In our world/culture, love means acceptance.  Love is letting you do and believe anything you want to.  Love is kindness to the point of allowing others to hurt you or themselves.  Love is not saying anything that could be taken offensively.

When I look at Jesus, I see an other-worldly love.  He did love differently than anybody I know.

We all know that Jesus is all about love. From the Bible, we see so many examples of His love for the downcast, the outcast, and those who were shunned.   Those whose children or servants were sick or dying.  Some of the people He healed immediately.  Others He didn’t. In the story of Mary and Martha,  He had an extraordinary love for these two wealthy sisters.  They were suffering from worry over their sick brother, who subsequently died of his sickness.   Jesus delayed coming to their brother’s rescue.   Jesus could have come earlier and saved Lazarus, but He didn’t.   In the end, it was for the ultimate love of this family (and us) to understand more about Jesus and His Father than it was to prevent Lazarus from dying.  Lazarus being raised from the dead gave everybody a new understanding about what resurrection meant.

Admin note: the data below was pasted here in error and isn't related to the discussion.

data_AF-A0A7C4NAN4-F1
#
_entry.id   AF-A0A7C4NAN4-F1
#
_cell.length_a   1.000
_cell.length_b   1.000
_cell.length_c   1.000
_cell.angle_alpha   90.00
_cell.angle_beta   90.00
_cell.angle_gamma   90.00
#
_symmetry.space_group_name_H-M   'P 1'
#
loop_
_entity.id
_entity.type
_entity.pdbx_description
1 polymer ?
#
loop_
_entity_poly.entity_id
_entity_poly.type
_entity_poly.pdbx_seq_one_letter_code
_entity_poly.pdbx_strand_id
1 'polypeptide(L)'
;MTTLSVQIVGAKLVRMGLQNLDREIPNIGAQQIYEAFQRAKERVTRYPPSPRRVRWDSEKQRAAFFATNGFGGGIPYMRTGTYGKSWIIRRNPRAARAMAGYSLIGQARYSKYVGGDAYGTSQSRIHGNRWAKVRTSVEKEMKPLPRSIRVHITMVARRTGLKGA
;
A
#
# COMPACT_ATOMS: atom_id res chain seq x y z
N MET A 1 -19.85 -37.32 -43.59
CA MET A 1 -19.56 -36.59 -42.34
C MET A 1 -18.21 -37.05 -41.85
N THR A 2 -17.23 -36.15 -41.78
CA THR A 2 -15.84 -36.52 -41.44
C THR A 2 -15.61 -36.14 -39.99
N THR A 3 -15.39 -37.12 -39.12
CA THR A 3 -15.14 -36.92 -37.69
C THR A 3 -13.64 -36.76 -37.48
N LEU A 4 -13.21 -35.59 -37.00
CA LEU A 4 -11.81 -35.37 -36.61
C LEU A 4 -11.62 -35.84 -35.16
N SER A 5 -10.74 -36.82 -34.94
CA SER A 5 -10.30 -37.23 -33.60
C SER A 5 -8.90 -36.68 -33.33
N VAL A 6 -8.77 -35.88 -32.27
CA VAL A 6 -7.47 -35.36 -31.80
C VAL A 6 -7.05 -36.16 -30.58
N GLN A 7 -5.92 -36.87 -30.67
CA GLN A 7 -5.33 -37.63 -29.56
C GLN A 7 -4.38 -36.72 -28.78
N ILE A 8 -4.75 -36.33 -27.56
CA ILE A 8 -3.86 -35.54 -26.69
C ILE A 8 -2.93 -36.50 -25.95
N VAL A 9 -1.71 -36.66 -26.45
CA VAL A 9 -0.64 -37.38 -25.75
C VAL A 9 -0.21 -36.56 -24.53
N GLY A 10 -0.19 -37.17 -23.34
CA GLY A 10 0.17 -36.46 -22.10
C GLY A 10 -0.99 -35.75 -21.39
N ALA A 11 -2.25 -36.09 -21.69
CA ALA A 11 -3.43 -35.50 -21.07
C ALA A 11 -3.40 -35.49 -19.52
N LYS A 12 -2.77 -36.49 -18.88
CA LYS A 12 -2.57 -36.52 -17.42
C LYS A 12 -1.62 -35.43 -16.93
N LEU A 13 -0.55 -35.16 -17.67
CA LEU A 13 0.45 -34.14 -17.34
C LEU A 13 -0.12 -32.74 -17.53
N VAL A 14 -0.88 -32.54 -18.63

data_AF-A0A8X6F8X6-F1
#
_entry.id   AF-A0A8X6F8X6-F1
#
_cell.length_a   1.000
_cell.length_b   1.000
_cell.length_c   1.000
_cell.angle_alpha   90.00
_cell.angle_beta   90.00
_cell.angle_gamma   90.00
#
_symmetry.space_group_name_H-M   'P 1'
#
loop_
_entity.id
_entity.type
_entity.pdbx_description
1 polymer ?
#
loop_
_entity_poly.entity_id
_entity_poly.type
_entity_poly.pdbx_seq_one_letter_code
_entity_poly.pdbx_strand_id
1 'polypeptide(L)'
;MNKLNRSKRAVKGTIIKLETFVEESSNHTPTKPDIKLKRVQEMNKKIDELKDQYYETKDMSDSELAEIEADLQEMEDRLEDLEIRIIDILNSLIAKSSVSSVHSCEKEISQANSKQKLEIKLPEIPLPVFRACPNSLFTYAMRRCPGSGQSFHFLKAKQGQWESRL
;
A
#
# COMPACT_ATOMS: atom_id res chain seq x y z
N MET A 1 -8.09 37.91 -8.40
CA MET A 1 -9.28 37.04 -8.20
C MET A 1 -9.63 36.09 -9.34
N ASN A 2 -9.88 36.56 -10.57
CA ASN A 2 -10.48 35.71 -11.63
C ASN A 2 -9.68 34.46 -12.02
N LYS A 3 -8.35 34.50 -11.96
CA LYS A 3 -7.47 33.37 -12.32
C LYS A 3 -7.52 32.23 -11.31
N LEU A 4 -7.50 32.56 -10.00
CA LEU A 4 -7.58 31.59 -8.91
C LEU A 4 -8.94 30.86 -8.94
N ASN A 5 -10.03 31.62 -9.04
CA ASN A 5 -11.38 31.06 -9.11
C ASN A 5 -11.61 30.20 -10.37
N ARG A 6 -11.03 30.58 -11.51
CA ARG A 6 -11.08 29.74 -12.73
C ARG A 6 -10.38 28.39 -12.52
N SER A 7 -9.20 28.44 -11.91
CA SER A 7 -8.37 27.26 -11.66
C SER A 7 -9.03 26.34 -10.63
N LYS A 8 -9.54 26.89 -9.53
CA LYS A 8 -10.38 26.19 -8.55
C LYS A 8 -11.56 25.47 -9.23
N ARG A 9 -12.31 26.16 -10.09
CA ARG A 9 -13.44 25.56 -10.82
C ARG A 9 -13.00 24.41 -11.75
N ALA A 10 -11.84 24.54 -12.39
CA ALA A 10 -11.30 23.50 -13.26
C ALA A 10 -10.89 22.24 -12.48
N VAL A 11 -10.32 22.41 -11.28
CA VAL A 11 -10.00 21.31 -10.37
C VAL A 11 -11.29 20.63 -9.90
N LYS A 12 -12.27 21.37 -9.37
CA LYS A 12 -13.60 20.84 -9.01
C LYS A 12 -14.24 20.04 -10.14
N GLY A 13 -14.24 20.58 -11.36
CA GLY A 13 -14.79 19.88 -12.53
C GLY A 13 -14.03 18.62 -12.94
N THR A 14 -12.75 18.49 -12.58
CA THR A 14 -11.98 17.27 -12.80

I think Jesus loved the Pharisees and the other religious leaders, too.  They were His enemies.  Jesus said to love your enemies, so He had to have loved them.  I think the Pharisees as a whole wanted to live in such a way that they thought was pleasing to God.  But Jesus wanted more for them.  He wanted them to know the truth, so that they were effective leaders of God’s faith for the people to whom they were ministering.  He challenged their way of thinking.  He showed them where they were going wrong.  He gave them opportunities to learn, but for the most part they were not listening or responding.  Jesus had to let them go.